Markel Tax Consultant Alex Seal assesses the importance in the size of your business when drafting a status determination statement (SDS).
Does business size matter? The short answer is yes. However, as ever with the off-payroll working (IR35) legislation, nothing is ever quite that straightforward! The introduction of the new IR35 in April 2021 was primarily aimed at businesses engaging Limited Company contractors (PSCs) in the private sector and based on lessons learned from the 2017 public sector changes regarding a lack of clarity for determining and communicating IR35 status.
The April 2021 changes in the private sector now place the onus on medium and large-sized businesses (we consider the definition of these below) to:
- Determine the ‘IR35 status’ of each engagement;
- Take reasonable care in reaching that decision;
- Communicate the decision to the contractor and any other relevant party; and
- Provide a client-led disagreement process if the contractor wishes to challenge the decision
For public sector bodies, the answer to the title question 'Does business size matter?' is an emphatic 'no'. The onus is on all public sector bodies to determine the IR35 status of every engagement and issue an SDS, regardless of whether it is a small, medium or large-sized entity.
However, the rules for the private sector are inevitably more complicated and, as noted above, size really does matter. Our primary focus in this article will be to explore the rules and requirements for the creation and issue of an SDS, which clients it affects, and why this must not be considered a mere box-ticking exercise.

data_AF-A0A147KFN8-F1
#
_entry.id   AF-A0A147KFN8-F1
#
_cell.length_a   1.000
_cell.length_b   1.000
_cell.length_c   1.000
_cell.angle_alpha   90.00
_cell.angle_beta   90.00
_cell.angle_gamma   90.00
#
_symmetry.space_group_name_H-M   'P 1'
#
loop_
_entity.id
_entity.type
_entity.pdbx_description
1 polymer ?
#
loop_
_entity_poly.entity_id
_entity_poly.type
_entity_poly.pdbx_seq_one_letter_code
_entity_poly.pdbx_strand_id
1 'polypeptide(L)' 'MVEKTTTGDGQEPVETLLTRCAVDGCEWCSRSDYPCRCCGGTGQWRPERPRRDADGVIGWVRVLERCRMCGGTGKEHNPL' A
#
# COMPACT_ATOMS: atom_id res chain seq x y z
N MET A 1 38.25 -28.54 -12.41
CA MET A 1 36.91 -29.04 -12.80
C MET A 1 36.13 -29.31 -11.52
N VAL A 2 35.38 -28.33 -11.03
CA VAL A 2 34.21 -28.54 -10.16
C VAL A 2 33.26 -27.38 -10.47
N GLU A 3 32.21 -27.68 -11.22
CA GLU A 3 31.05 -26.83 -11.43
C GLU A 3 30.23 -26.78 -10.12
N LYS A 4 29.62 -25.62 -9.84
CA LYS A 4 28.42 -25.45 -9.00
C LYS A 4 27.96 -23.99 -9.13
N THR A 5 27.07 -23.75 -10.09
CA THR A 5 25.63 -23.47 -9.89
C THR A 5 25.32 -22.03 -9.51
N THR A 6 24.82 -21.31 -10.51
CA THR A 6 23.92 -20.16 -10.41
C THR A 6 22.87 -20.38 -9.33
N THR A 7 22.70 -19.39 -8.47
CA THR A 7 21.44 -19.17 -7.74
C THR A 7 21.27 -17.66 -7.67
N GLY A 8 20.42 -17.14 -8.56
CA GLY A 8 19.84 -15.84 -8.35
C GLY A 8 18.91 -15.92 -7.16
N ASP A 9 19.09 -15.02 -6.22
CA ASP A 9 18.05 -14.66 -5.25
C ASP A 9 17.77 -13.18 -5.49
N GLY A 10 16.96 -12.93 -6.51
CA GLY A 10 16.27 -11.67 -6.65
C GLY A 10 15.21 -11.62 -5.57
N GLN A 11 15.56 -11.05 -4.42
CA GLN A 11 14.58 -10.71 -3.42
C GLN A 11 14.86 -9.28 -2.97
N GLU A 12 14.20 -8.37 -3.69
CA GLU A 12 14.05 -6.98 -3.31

How do I know if my business is medium or large?
The starting place is the Companies Act definition at s382 CA2006. It defines a small company as meeting two of the three following conditions:
- An annual turnover of no more than £10.2 million
- A balance sheet total of no more than £5.1 million
- Fewer than 50 employees
If your business does not meet two or more of the above conditions, then for purposes of determining the IR35 status of an engagement, the entity would be considered medium or large and responsible for the IR35 status of an engagement.
Businesses that would meet the definition of a small company would fall under the small companies exemption for IR35. However, this does not mean that IR35 no longer needs to be considered - it means that the responsibility for determining IR35 status (and the tax liability for getting it wrong) remains with the contractor, and that the pre-April 2021 rules (under Chapter 8 Part 2 ITEPA 2003) must be applied.
I have to determine the status of my contractors: how can I do this?
The contract and working practices must both be considered to determine if an engagement falls ‘inside’ or ‘outside’ IR35.
HMRC understands that businesses have different access to tax knowledge and resources, so you can use a third-party company to assist in determining status. However, you will need to retain oversight, as you cannot simply discharge your obligations to an advisor should you wish to engage them. This is mentioned in HMRC’s guidance (ESM10014) as an example of taking reasonable care when creating an SDS.
To communicate the IR35 decision to the worker, you are required to produce a Status Determination Statement (SDS).
Do I have to produce an SDS, or can I email or verbally pass on the decision instead?
Yes – an SDS must be produced, and an email or verbal communication would not suffice. The legislation requires an SDS to be provided to the individual working through a personal services company (PSC) and, if applicable, the party directly below the end client in the chain (i.e. a recruitment agency).
An SDS must include: